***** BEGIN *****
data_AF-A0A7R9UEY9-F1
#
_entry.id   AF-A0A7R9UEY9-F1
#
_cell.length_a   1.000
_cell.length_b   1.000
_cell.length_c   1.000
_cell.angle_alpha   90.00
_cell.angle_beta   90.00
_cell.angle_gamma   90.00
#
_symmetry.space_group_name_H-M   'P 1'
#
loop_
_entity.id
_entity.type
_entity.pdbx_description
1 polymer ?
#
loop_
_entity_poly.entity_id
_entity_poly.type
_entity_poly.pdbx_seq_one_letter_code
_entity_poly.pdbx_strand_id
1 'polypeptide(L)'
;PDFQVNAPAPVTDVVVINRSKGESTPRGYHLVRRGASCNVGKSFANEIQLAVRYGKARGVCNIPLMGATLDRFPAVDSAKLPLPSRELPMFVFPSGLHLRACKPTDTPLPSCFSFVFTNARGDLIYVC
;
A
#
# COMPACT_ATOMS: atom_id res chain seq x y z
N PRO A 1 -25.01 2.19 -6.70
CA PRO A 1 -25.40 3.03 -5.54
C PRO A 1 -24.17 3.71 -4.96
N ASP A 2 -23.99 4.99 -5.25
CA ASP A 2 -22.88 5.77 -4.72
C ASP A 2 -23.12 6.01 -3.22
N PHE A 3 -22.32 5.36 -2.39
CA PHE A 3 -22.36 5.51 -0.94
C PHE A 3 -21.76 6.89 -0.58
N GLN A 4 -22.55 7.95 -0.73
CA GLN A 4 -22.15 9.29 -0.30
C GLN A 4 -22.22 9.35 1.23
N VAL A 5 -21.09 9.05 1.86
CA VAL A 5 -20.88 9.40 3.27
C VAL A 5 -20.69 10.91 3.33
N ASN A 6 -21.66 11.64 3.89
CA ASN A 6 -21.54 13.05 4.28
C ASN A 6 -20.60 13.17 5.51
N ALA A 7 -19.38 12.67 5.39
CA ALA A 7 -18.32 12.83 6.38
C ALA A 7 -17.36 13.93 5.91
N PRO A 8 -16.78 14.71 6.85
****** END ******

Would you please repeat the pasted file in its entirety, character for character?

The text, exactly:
data_AF-A0A7R9UEY9-F1
#
_entry.id   AF-A0A7R9UEY9-F1
#
_cell.length_a   1.000
_cell.length_b   1.000
_cell.length_c   1.000
_cell.angle_alpha   90.00
_cell.angle_beta   90.00
_cell.angle_gamma   90.00
#
_symmetry.space_group_name_H-M   'P 1'
#
loop_
_entity.id
_entity.type
_entity.pdbx_description
1 polymer ?
#
loop_
_entity_poly.entity_id
_entity_poly.type
_entity_poly.pdbx_seq_one_letter_code
_entity_poly.pdbx_strand_id
1 'polypeptide(L)'
;PDFQVNAPAPVTDVVVINRSKGESTPRGYHLVRRGASCNVGKSFANEIQLAVRYGKARGVCNIPLMGATLDRFPAVDSAKLPLPSRELPMFVFPSGLHLRACKPTDTPLPSCFSFVFTNARGDLIYVC
;
A
#
# COMPACT_ATOMS: atom_id res chain seq x y z
N PRO A 1 -25.01 2.19 -6.70
CA PRO A 1 -25.40 3.03 -5.54
C PRO A 1 -24.17 3.71 -4.96
N ASP A 2 -23.99 4.99 -5.25
CA ASP A 2 -22.88 5.77 -4.72
C ASP A 2 -23.12 6.01 -3.22
N PHE A 3 -22.32 5.36 -2.39
CA PHE A 3 -22.36 5.51 -0.94
C PHE A 3 -21.76 6.89 -0.58
N GLN A 4 -22.55 7.95 -0.73
CA GLN A 4 -22.15 9.29 -0.30
C GLN A 4 -22.22 9.35 1.23
N VAL A 5 -21.09 9.05 1.86
CA VAL A 5 -20.88 9.40 3.27
C VAL A 5 -20.69 10.91 3.33
N ASN A 6 -21.66 11.64 3.89
CA ASN A 6 -21.54 13.05 4.28
C ASN A 6 -20.60 13.17 5.51
N ALA A 7 -19.38 12.67 5.39
CA ALA A 7 -18.32 12.83 6.38
C ALA A 7 -17.36 13.93 5.91
N PRO A 8 -16.78 14.71 6.85